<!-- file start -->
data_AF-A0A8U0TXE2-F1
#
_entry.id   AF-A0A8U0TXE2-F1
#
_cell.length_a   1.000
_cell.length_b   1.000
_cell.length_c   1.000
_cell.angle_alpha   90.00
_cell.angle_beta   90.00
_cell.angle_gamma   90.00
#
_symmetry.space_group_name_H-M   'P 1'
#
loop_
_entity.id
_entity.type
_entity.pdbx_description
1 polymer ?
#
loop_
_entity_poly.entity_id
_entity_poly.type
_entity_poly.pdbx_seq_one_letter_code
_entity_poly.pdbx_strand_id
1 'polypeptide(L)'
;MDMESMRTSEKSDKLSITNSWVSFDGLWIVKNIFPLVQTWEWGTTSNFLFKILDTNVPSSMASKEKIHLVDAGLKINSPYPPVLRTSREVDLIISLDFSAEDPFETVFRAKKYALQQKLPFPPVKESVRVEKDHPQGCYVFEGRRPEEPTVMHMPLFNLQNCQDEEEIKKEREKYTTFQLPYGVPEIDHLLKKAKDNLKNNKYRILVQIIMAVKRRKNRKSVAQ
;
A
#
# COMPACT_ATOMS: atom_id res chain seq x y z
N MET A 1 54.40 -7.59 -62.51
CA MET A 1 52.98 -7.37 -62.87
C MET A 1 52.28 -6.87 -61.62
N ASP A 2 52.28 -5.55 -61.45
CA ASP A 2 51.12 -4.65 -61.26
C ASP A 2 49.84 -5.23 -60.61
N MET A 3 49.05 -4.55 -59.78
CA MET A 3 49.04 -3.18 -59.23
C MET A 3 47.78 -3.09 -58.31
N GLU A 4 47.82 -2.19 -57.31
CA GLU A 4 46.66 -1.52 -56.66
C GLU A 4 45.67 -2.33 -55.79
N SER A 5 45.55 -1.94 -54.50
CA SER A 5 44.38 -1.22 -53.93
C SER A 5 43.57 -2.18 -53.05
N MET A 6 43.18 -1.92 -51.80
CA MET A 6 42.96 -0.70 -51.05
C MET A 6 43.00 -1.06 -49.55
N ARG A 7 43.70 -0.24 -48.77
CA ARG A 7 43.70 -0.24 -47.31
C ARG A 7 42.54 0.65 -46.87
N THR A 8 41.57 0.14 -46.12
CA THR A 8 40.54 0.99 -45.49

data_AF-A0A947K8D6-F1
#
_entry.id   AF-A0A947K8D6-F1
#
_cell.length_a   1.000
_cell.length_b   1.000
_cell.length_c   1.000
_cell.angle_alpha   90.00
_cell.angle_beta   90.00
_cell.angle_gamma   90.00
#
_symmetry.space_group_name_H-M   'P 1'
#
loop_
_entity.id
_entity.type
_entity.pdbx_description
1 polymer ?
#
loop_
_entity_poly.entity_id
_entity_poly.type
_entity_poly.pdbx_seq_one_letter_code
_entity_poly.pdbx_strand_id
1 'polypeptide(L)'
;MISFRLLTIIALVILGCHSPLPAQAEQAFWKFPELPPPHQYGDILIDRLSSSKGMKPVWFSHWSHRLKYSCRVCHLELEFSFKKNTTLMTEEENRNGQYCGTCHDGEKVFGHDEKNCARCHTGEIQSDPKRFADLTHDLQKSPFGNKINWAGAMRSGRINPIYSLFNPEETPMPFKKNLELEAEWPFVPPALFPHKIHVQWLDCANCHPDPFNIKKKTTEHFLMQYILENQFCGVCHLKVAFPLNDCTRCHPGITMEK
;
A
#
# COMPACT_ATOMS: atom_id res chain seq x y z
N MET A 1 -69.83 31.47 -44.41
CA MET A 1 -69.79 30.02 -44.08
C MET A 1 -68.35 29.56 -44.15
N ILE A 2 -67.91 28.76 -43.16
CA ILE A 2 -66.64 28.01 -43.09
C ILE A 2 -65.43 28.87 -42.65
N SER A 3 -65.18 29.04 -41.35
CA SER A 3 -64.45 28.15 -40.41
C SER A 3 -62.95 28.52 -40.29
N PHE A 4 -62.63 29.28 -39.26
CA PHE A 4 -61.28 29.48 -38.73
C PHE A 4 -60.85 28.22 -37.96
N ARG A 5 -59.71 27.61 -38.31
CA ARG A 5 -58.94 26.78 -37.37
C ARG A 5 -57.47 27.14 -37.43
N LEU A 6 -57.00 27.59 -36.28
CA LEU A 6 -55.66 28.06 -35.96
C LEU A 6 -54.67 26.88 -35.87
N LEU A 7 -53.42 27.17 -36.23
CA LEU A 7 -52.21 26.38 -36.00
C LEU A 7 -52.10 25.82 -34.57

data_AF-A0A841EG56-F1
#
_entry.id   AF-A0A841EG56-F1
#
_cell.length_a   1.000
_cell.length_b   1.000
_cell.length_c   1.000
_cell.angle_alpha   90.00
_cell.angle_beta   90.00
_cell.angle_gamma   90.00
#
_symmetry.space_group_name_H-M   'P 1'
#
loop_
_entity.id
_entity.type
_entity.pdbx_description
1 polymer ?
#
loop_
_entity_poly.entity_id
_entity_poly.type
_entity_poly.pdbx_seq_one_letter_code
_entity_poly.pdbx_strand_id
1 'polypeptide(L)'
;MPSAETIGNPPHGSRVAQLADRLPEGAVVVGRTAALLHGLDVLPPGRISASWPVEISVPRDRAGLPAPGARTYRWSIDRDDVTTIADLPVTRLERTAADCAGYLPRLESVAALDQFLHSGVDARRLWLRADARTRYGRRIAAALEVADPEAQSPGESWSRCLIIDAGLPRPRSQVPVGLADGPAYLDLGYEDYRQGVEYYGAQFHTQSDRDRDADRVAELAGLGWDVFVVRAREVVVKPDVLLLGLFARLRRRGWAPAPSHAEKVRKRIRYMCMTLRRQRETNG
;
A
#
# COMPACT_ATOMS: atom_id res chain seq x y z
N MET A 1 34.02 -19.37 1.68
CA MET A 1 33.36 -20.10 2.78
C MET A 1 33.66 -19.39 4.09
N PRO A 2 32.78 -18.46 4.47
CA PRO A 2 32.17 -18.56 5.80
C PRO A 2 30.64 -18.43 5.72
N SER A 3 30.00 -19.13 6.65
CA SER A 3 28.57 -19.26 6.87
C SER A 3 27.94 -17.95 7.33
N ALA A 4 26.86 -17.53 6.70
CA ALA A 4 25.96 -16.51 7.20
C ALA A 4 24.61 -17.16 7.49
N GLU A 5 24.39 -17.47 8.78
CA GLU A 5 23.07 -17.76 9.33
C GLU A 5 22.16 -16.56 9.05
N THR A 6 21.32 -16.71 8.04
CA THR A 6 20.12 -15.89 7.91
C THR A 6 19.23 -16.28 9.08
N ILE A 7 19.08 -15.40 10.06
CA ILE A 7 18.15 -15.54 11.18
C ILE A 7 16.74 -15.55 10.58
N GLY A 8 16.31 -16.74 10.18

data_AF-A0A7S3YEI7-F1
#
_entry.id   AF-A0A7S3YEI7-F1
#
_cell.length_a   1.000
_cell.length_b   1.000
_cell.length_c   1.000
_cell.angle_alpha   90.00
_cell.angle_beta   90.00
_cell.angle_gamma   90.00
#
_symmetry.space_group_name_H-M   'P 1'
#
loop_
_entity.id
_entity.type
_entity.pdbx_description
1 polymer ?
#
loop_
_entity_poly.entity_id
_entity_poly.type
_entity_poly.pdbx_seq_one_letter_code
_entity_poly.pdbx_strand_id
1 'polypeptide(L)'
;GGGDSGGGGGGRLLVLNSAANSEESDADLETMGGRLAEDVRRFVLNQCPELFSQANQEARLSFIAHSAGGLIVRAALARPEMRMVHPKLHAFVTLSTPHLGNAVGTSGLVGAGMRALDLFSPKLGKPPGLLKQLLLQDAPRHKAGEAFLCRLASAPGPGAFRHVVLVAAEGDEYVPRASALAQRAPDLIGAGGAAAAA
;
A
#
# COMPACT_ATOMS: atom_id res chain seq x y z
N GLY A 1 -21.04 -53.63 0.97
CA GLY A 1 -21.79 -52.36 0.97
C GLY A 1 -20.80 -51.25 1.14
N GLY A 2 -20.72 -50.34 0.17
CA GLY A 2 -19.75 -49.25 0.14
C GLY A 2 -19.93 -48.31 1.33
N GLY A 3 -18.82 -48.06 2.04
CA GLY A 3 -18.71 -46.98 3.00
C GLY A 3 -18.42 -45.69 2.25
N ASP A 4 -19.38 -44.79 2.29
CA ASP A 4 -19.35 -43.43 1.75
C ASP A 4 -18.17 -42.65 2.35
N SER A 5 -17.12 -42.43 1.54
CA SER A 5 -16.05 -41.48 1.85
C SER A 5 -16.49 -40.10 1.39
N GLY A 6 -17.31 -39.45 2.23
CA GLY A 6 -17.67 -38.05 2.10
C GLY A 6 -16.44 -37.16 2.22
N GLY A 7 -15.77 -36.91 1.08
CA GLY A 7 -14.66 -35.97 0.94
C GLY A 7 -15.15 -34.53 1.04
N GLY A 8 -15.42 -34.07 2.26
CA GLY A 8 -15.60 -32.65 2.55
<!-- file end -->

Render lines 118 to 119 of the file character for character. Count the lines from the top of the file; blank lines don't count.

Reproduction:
loop_
_entity.id